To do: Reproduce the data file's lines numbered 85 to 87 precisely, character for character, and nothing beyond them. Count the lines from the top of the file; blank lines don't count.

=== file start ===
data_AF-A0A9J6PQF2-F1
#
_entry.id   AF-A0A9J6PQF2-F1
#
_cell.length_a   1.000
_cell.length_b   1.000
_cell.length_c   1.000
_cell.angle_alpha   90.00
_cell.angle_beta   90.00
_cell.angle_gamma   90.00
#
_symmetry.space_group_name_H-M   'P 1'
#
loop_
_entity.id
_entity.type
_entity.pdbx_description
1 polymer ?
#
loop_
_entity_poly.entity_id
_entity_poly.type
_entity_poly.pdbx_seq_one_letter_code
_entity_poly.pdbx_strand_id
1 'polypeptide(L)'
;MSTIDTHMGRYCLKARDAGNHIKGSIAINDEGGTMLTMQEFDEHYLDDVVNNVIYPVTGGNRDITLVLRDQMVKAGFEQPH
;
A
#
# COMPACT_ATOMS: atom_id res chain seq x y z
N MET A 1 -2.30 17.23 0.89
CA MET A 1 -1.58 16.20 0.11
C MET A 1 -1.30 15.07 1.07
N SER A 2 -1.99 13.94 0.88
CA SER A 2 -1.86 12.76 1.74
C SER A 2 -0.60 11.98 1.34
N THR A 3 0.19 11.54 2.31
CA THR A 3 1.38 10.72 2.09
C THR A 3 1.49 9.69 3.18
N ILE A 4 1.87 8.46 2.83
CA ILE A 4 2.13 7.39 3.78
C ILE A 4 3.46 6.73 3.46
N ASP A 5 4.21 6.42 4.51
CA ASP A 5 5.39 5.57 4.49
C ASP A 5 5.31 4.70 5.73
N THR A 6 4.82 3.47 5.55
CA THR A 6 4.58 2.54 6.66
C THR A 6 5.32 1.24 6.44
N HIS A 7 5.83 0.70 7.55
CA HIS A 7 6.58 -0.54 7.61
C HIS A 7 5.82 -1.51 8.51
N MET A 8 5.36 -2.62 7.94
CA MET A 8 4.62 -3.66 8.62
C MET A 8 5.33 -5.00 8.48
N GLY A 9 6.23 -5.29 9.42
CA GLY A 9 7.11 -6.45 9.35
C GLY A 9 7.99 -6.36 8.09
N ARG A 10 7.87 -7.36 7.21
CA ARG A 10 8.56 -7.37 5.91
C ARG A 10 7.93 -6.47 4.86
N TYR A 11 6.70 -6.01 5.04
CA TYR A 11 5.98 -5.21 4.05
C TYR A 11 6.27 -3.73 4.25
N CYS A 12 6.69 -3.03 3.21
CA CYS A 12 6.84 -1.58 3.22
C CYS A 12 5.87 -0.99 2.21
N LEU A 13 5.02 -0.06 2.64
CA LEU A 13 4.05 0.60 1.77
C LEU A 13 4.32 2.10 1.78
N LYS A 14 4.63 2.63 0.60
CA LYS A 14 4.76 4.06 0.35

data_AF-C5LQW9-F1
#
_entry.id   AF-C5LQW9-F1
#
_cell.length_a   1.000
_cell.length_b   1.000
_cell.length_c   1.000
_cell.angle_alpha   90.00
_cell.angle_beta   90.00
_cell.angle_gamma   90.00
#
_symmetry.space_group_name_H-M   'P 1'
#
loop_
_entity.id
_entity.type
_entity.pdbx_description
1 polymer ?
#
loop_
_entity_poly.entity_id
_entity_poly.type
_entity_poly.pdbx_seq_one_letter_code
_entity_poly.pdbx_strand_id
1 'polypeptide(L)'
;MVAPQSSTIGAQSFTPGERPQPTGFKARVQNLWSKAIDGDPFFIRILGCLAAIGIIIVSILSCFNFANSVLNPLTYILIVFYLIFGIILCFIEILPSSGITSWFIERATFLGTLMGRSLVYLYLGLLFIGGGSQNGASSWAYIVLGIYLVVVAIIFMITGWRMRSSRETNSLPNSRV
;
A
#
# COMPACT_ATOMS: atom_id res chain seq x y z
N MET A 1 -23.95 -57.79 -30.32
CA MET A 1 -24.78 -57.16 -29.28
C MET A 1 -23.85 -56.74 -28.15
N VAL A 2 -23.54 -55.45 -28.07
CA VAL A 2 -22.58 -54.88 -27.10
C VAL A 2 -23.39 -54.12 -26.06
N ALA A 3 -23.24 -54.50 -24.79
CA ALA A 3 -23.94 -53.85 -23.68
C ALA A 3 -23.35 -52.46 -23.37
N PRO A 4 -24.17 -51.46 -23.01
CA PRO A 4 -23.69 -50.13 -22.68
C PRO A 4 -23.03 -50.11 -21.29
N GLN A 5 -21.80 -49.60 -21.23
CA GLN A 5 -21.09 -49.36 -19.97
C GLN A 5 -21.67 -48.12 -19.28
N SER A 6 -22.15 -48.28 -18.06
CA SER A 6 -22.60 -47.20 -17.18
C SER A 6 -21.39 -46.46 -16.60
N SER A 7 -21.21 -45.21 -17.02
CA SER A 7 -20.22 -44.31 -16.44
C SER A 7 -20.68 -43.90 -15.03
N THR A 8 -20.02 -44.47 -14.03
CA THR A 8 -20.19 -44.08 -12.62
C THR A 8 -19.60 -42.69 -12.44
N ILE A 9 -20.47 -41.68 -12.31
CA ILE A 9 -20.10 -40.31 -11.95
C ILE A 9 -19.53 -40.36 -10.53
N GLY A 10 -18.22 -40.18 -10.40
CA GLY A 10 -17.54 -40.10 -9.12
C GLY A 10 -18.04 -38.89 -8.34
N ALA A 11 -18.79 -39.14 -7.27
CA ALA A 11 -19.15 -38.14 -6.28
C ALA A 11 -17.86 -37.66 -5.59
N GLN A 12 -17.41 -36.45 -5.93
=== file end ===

loop_
_entity.id
_entity.type